Synthesis and evaluation of a broad range of chiral sulfides for asymmetric sulfur ylide epoxidation of aldehydes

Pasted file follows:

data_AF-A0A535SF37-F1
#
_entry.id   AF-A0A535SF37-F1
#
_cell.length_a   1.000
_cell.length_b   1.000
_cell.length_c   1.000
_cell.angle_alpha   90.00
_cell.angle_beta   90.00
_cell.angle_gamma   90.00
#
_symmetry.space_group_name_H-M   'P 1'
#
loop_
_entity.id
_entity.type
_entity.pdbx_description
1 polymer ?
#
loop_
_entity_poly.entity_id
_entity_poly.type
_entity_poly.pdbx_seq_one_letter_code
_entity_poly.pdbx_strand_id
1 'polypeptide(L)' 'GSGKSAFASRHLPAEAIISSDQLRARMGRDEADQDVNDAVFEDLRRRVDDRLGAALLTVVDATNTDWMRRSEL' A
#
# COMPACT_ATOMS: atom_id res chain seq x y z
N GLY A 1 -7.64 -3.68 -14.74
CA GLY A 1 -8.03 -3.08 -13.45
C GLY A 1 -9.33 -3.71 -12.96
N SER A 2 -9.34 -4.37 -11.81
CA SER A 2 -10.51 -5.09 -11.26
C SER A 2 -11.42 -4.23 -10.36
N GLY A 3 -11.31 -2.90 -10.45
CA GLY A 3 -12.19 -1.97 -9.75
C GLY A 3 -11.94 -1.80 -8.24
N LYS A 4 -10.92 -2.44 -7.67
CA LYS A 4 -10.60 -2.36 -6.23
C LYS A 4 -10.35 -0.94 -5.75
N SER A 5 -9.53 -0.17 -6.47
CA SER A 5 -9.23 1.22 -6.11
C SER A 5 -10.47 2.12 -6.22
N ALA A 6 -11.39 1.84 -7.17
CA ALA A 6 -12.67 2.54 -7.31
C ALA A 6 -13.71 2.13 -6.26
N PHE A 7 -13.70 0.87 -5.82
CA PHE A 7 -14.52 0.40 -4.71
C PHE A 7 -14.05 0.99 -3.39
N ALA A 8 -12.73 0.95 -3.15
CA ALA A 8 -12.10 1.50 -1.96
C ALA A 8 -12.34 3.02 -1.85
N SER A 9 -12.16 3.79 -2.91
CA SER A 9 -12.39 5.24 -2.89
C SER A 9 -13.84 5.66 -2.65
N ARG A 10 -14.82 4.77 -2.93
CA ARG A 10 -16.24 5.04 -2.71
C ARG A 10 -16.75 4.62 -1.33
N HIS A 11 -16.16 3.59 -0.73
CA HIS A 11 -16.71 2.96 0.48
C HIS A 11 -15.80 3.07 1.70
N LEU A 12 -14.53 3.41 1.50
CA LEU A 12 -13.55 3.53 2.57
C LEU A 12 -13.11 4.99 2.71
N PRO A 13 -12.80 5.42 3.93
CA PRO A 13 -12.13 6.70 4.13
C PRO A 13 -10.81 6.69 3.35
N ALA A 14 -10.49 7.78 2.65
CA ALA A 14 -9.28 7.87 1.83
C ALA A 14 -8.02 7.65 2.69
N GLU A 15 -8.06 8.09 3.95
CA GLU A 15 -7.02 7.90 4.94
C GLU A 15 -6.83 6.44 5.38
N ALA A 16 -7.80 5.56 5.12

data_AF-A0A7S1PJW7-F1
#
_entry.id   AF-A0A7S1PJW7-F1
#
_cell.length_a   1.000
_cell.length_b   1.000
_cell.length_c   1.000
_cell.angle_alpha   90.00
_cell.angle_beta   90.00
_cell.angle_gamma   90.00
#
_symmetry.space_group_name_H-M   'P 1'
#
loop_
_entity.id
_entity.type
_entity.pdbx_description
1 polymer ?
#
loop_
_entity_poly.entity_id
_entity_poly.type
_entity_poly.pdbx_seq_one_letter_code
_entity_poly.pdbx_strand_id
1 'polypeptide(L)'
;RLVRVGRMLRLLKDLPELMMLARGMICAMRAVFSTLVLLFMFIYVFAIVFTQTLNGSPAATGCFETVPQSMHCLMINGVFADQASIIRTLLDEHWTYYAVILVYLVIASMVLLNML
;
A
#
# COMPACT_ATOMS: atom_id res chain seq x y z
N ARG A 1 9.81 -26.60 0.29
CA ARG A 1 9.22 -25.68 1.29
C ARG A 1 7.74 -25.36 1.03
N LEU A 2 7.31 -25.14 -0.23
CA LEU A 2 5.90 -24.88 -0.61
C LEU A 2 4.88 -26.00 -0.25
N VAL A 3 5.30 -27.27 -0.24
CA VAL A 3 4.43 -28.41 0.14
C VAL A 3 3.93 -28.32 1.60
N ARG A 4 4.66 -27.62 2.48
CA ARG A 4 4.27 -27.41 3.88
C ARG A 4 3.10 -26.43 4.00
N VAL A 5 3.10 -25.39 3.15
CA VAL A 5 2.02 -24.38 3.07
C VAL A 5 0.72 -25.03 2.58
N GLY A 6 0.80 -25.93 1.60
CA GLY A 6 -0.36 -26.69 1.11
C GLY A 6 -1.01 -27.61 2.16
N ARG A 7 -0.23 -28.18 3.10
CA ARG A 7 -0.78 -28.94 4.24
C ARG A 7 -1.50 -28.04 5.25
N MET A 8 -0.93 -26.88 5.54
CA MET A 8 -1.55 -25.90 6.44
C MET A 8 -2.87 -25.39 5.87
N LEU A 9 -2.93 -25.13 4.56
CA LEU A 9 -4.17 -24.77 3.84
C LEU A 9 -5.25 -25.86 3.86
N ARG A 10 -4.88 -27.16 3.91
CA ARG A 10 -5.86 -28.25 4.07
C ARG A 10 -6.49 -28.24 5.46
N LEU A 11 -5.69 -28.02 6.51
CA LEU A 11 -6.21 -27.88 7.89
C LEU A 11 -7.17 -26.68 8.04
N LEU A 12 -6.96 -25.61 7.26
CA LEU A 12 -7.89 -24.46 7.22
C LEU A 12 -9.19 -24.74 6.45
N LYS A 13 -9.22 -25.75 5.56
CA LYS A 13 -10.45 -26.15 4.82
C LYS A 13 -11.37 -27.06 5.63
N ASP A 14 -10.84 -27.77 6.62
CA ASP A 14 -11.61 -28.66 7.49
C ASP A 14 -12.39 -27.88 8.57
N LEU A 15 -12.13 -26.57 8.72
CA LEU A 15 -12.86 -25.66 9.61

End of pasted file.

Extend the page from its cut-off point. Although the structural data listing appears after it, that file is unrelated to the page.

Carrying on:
We have recently developed a catalytic, sulfur ylide mediated process for converting aldehydes into epoxides using benzaldehyde tosylhydrazone sodium salt which decomposes to generate phenyldiazomethane in situ. Although chiral 1,3-oxathianes gave good yields and excellent diastereo- and enantio-control when phenyldiazomethane was employed, only low yields were obtained when using the simplified procedure employing benzaldehyde tosylhydrazone sodium salt. Thus, a range of more robust chiral sulfides based on thianes, thiolanes, and 1,4-oxathianes were designed to achieve high yield and high enantioselectivity. The sulfides all possessed the following features: conformationally locked cyclic sulfide in which only one of the two lone pairs was accessible (not relevant for C2 symmetric substrates); ylide conformation and face selectivity was to be controlled through non-bonded steric interactions. Chirality was introduced from chiral pool materials (camphor, amino acids, lactic acid, limonene, carvone, glyceraldehyde), through enzyme mediated reduction/hydrolysis and through the use of chiral reagents (hydroboration). The sulfide catalysts were tested in the reaction between benzaldehyde tosylhydrazone salt and benzaldehyde to give trans-stilbene oxide. The range of chiral sulfide catalysts derived from camphor gave trans-stilbene oxide in generally good yield (23–95%) and with moderate enantioselectivity (40–76% ee). The range of novel chiral thianes and 1,4-oxathianes gave trans-stilbene oxide again in generally good yield (9–92%) and with moderate enantioselectivity (20–77% ee). The range of C2 symmetric chiral sulfide catalysts based on 5 and 6 membered rings gave trans-stilbene oxide in moderate yield (10–78%) and with variable enantioselectivity (8–87% ee). In none of the cases could high enantioselectivity and high yield be achieved simultaneously. Analysis of the results led us to the conclusion that the moderate enantioselectivity was a result of poor control in the ylide conformation and this led to the design of completely rigid [2.2.1] bicyclic sulfides which finally gave high enantioselectivity and high yield in the epoxidation process.